Bio-based energy production, trade issues, the market outlook for cotton and grains, and key legislative issues will be among topics at this year's Mid-South Farm & Gin Show Feb. 27-28 at the Memphis Cook Convention Center.

The annual Ag Update sessions, to be held each morning at 8:30 in the convention center lobby auditorium, will feature the following speakers:

Friday — Woody Anderson, the new chairman of the National Cotton Council, will discuss issues affecting cotton in 2004. Richard Bell, president and chief executive officer of Riceland Foods, will present his market outlook for rice and grains, as well as issues affecting each crop. William “Billy” Dunavant, chief executive officer of Dunavant Enterprises, will give his annual analysis of the cotton market and issues confronting the industry.

Saturday — Bill Hawks, USDA under secretary for marketing and regulatory programs, will give introductory remarks.

Dr. Gary Adams, vice president of economics and policy analysis for the National Cotton Council, will discuss key trade issues and cotton's future. Brian Jennings, executive vice president of the American Coalition for Ethanol, will discuss key issues related to bio-based energy production. Rep. Chip Pickering, R-Miss., who is a member of the House Agriculture and Energy and Commerce committees, will discuss key agriculture and energy issues facing Congress.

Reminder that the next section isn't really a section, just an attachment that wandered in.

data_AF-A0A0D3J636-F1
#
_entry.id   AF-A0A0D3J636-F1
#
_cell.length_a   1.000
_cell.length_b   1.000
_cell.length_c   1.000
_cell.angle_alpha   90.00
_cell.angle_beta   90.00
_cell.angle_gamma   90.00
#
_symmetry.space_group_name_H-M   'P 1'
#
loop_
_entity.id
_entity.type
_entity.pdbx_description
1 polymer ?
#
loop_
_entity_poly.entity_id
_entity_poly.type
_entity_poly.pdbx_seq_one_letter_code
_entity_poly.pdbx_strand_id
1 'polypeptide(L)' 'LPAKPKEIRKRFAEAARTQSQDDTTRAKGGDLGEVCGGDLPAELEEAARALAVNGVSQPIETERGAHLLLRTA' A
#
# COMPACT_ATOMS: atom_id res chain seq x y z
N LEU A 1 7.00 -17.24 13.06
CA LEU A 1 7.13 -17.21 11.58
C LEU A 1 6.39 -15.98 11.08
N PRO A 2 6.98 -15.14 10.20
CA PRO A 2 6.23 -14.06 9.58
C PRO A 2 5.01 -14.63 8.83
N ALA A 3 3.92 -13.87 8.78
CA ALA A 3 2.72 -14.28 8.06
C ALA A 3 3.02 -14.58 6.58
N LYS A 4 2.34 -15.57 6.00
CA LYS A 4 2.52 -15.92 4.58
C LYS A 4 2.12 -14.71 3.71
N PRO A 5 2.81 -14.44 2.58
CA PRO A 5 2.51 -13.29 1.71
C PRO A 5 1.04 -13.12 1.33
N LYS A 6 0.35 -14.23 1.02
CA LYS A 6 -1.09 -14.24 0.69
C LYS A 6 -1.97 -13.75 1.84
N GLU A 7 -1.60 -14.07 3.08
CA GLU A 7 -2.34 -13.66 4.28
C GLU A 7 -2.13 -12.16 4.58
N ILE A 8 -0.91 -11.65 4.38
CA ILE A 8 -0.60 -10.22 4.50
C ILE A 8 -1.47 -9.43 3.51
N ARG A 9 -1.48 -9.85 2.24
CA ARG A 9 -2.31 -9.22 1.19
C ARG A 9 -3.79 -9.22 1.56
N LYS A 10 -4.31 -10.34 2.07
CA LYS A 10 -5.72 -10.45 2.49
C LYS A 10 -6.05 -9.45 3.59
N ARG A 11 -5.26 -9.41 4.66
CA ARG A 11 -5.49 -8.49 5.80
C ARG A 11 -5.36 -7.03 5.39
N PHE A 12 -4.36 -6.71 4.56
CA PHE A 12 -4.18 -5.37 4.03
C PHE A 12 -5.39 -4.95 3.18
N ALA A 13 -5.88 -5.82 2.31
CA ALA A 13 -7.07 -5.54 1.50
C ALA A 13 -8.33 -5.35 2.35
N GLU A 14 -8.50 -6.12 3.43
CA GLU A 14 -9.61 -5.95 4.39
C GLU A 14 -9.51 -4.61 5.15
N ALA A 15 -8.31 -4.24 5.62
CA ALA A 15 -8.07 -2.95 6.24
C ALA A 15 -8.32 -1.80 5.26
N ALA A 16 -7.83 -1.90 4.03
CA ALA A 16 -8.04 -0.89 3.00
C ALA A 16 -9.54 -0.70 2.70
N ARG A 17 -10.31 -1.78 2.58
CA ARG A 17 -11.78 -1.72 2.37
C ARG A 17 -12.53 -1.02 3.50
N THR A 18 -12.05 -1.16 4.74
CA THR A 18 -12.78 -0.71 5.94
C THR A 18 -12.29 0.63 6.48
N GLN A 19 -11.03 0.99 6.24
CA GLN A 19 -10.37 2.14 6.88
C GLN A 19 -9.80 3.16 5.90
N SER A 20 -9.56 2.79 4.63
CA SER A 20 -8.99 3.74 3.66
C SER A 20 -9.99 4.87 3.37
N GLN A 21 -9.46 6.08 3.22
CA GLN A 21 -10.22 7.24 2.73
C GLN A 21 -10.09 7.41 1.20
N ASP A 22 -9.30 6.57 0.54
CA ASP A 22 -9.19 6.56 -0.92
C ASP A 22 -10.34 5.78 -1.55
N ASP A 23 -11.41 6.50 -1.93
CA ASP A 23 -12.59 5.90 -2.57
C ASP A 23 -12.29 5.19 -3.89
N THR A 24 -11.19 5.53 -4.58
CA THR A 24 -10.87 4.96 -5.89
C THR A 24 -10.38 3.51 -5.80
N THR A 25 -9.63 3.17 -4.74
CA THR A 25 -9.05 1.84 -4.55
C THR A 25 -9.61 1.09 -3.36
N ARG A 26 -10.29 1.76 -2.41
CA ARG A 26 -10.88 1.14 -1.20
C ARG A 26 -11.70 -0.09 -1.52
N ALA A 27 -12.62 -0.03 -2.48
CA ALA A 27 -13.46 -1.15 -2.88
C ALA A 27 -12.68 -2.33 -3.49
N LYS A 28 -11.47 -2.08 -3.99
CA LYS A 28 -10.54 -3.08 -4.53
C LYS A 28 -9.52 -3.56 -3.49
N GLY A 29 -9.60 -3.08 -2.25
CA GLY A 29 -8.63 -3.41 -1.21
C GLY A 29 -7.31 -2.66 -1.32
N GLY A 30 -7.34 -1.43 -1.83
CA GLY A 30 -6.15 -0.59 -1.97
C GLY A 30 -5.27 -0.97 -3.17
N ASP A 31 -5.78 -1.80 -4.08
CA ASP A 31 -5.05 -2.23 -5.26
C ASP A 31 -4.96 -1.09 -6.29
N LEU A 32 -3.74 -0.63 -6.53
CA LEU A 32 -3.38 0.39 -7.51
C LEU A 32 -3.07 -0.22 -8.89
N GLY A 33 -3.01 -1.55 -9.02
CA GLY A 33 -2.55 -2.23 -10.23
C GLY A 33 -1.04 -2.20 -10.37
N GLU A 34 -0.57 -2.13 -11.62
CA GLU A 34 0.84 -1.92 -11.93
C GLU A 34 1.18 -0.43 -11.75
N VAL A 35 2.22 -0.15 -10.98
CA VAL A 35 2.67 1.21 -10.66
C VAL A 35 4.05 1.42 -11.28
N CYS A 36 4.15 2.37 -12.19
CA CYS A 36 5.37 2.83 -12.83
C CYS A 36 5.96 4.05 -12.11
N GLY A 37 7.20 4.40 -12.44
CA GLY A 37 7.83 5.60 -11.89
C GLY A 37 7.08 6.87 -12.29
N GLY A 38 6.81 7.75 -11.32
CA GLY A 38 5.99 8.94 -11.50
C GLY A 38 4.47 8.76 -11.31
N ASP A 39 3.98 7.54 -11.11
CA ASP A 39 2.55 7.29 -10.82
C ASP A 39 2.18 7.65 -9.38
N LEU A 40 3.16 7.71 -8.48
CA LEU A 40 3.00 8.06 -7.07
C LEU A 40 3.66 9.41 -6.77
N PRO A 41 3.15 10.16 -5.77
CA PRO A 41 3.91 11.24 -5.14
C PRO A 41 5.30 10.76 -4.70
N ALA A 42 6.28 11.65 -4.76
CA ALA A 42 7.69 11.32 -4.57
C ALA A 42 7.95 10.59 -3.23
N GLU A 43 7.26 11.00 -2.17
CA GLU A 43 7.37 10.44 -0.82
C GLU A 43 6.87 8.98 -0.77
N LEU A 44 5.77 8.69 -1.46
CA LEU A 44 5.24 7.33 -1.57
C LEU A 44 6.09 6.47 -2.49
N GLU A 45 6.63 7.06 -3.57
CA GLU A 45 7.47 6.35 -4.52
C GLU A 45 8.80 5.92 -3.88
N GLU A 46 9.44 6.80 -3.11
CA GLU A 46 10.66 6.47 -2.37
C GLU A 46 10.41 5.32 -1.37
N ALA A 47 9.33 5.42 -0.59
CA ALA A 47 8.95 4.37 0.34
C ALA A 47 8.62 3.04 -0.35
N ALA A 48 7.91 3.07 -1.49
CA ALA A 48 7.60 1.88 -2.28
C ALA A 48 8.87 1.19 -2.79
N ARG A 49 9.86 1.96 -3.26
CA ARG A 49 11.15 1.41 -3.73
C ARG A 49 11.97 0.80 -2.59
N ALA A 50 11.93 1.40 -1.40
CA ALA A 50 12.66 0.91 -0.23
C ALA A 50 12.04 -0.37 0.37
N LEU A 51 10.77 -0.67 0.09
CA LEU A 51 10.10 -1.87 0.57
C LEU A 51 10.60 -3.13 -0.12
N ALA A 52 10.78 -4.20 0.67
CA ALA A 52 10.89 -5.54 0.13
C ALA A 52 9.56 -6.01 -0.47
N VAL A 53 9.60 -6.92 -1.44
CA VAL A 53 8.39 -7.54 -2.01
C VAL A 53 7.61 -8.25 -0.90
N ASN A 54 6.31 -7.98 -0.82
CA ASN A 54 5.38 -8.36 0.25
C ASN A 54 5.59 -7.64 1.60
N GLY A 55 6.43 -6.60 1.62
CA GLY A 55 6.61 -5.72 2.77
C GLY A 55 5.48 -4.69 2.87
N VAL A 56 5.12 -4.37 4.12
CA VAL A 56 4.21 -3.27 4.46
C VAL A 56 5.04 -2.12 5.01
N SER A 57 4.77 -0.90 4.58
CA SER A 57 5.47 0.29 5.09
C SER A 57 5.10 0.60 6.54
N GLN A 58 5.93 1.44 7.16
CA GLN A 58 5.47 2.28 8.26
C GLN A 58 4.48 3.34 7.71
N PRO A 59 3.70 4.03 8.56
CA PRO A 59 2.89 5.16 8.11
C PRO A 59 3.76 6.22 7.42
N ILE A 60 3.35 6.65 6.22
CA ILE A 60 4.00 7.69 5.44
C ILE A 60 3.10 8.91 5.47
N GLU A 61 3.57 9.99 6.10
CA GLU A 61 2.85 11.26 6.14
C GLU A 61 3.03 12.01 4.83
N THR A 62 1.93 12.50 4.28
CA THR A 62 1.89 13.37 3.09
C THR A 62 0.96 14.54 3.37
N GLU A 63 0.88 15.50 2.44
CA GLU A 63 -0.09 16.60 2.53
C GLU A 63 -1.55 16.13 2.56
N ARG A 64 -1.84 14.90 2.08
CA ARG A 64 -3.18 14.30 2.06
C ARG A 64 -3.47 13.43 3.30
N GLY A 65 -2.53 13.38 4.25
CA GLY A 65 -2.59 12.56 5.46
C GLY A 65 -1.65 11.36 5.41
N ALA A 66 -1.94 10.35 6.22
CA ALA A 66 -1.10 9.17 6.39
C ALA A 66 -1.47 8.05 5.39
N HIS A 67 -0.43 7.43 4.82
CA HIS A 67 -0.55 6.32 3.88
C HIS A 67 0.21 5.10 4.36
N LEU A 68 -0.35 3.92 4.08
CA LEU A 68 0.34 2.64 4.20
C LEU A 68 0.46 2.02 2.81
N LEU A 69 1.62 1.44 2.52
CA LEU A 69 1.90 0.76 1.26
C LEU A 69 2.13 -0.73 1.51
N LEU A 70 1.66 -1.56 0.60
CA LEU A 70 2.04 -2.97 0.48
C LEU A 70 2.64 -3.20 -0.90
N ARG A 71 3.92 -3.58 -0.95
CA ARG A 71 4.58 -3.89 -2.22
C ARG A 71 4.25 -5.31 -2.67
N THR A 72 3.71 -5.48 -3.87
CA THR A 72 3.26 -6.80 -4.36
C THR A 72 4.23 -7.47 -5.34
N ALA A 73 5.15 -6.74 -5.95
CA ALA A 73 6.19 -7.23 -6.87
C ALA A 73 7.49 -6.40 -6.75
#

“These sessions will offer the latest outlook for commodities, discussion of current agricultural concerns, and a look at new opportunities and information critical to farmers and agribusinesses,” says Tim Price, executive vice president of the Southern Cotton Ginners Association, which sponsors the annual show.

The event, which will have more than 400 exhibits, including equipment, crop chemicals, services, and other products, is the largest show of its kind in the South. It is co-sponsored by Delta Farm Press.

“The Gin Show is an early spring tradition for thousands of Mid-South farmers, ginners, and others involved in agriculture,” Price says. “Those attending will be able to get the latest information as they get ready for the 2004 crop season. With the expansion of the convention center, we'll have more than 200,000 square feet of exhibit space.

“This year, we have an expanded number of farm equipment manufacturers, specialized services, the latest in seed varieties, and new technologies in precision farming.”

Exhibit areas will be open from 9 a.m. until 5 p.m. Friday and from 9 a.m. until 4:30 p.m. Saturday. Admission to the show is free.

The member associations of the Southern Cotton Ginners Association will be holding their annual meetings in conjunction with the show.

Speakers for the 1:30 p.m. annual meeting at the Peabody Hotel will include Mississippi farmer/ginner Kenneth Hood, who is chairman of InTime, Inc. He will discuss new precision agriculture technologies. Sid Brough, Edroy, Texas, president of the National Cotton Ginners Association will also speak.

Mid-South ginners completing the NCGA ginner certification program will be recognized, and awards will be presented to various gins for achievements in the SCGA safety program.

“We hope everyone in Mid-South agriculture has Feb. 27-28 circled on their calendars and that they'll come and join us for this great show,” Price says.